Dixon-Scott Photographic Collection

Dixon-Scott Collection Family HistoryI am sure that some of you already know about the National Archives Labs website, but I didn’t and think that many of my readers also may have missed out on hearing about the Labs.

The Labs are a test area where the National Archives try improvements and new ideas out and then ask for feedback from those who visit the site. Generally a very interesting site to see what may be coming next at TNA.

One of the sections on the Labs website is the Dixon-Scott Collection which comprises 14,000 photographs taken between 1920 – 1940. This resource can be searched by location and viewed free of charge.

John Dixon-Scott became concerned about the way rural and urban England was changing and not always for the better. He toured England taking photographs of the vanishing landscape so that at least it was preserved in a visual form. If the town or village that your ancestral families lived in are amongst those featured in this collection then you will be able to get a glimpse of a lost way of life.

http://labs.nationalarchives.gov.uk/wordpress/index.php/2010/03/uk-history-photo-finder/

 

Hidden Lives – The Children’s Society

http://www.hiddenlives.org.uk/

The Hidden Lives website might not supply any names for your family history, but it does give a glimpse into the lives of the children who came under the care of The Waifs & Strays’ Society now know as The Children’s Society. The site focuses on the time period 1881 – 1918 and is made up of documents from the society’s archives. There is background information about children’s homes, fully searchable editions of the various publications of the society, photographs of the children and also examples of case files.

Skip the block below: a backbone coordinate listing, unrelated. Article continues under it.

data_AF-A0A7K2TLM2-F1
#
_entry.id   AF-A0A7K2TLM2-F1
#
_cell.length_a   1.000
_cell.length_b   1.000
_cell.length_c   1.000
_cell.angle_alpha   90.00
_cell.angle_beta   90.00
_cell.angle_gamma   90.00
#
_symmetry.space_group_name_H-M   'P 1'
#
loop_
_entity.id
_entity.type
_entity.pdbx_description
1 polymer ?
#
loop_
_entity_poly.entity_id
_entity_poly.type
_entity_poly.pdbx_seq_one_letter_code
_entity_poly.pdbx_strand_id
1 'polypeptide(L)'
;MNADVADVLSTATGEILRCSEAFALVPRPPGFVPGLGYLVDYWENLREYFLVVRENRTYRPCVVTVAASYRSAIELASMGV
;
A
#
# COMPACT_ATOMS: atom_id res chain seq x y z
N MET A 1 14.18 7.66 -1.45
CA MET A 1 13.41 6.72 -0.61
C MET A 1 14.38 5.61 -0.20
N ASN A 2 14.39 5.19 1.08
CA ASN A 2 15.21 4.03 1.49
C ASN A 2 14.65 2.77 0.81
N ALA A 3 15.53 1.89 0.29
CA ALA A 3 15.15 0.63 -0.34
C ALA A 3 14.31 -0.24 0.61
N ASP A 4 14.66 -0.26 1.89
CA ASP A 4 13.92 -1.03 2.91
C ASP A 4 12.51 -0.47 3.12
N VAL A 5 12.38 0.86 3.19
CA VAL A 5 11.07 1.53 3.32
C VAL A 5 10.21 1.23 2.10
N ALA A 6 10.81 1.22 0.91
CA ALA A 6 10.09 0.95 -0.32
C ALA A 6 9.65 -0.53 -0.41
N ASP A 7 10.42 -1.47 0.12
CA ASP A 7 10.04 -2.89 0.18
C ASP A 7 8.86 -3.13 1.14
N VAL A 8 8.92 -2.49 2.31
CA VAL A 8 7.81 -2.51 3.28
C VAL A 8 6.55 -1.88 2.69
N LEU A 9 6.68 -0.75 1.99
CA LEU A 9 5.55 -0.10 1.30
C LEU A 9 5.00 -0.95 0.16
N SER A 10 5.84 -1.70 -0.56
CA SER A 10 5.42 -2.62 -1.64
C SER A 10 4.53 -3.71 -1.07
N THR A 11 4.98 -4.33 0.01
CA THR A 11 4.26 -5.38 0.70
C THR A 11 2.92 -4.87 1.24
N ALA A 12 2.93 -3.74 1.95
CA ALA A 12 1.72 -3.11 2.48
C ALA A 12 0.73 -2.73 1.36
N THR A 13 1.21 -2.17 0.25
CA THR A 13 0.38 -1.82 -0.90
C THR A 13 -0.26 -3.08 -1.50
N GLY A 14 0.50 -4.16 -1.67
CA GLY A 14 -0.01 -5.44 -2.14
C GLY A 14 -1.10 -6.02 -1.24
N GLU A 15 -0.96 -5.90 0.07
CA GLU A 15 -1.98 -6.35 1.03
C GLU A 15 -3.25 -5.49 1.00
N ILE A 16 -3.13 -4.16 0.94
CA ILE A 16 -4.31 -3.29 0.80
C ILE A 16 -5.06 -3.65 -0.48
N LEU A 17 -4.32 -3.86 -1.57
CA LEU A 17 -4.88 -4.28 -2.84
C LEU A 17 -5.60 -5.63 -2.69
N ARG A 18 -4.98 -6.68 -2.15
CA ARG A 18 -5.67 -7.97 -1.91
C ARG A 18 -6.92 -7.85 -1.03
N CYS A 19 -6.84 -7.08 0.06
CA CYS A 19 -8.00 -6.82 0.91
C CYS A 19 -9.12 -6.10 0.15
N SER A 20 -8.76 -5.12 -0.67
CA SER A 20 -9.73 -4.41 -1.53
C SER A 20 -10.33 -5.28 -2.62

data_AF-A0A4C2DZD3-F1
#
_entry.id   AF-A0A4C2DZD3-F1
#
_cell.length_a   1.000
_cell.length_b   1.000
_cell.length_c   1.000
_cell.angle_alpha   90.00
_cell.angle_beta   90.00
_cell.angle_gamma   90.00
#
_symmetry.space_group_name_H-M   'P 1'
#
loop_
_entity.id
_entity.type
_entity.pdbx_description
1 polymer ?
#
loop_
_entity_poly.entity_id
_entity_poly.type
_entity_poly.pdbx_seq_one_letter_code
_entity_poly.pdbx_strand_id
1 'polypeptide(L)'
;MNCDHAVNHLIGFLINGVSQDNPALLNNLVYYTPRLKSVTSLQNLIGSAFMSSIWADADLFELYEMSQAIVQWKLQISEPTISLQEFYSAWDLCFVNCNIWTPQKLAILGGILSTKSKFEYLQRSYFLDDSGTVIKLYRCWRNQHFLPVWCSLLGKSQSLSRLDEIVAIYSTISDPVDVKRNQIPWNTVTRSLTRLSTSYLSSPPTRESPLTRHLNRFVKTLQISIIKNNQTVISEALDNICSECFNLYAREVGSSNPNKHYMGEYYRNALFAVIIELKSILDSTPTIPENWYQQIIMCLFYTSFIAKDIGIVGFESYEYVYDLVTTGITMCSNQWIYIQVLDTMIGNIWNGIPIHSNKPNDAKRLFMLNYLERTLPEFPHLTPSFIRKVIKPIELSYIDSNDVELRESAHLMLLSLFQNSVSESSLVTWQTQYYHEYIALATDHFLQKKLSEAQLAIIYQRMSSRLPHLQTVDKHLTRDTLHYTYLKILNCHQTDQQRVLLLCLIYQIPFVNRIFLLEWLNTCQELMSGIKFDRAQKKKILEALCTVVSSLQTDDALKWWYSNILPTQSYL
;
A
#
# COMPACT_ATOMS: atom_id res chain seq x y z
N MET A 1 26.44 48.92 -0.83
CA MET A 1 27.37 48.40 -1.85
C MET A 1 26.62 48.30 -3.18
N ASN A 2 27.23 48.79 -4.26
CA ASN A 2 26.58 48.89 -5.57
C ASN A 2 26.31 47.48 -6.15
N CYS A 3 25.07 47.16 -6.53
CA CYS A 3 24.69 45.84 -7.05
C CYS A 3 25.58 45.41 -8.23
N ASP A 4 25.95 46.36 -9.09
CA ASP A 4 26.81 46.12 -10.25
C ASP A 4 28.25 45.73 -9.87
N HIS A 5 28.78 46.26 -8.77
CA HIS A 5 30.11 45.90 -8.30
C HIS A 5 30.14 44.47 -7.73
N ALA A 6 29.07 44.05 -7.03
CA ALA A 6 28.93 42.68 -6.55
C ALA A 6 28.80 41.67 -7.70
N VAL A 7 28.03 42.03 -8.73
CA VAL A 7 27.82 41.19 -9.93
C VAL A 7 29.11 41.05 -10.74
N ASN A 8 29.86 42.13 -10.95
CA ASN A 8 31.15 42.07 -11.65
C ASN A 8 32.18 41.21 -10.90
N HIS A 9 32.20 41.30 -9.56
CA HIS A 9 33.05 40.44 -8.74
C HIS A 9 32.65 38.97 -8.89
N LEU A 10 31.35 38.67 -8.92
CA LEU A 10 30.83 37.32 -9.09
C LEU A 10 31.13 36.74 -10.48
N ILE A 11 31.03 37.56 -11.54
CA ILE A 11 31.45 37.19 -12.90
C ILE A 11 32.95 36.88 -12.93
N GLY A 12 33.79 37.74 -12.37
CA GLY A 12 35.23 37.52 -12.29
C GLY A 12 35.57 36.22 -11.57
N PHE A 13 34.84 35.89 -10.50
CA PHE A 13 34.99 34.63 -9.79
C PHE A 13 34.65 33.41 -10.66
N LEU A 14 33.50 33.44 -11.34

The society cared for children both in their residential homes and also in the community. None of the children are identified by name, but if you find one of your ancestors who were taken care of by The Children’s Society or a similar organisation this website will give you an understanding of the work undertaken to alleviate the suffering of the children and the lives of the children themselves.  

http://www.hiddenlives.org.uk/

Photographic Collection now online at Families in British India Society website

http://www.new.fibis.org/archives/694The Families in British India Society is well known for it’s quality genealogy website focusing on those British ancestors who lived and work in India. The society announced recently that they have been allowed to place online the John Morgan collection of photographs taken in the 19th & 20th century in India.

John Morgan is a collector of material which he then hires out to film & TV as props. Amongst his wide ranging collection are three photograph albums, all labelled and taken in India. What a find! John was kind enough to allow the society to have them reproduced and uploaded onto their website.

The photos are free for everyone to browse through, but exclusive to FIBIS members are two indexes which allows much quicker access to those photos which are of interest. Membership is £15 per year for UK members and a few £’s more for European or Worldwide based members.

This collection is a joy to browse through, the photographs are very evocative of a world that is no more.

http://www.new.fibis.org

Black Country Genealogy

Black Country GenealogyThis website is one of seven connected websites that are a real treasure house of information for those with family from the Black Country. As I understand it the Black Country is comprised of West Bromwich, Oldbury, Blackheath, Cradley Heath, Old Hill, Bilston, Dudley, Tipton, Wednesfield and parts of Halesowen, Wednesbury and Walsall.

These sites contain images (almost 5,000 of them!), parish records, monumental inscriptions and much, much more. I couldn’t see who is the author of these sites, but whoever they are they are definitely a “Genealogy Hero” !!

http://www.blackcountrygenealogyandfamilyhistory.co.uk/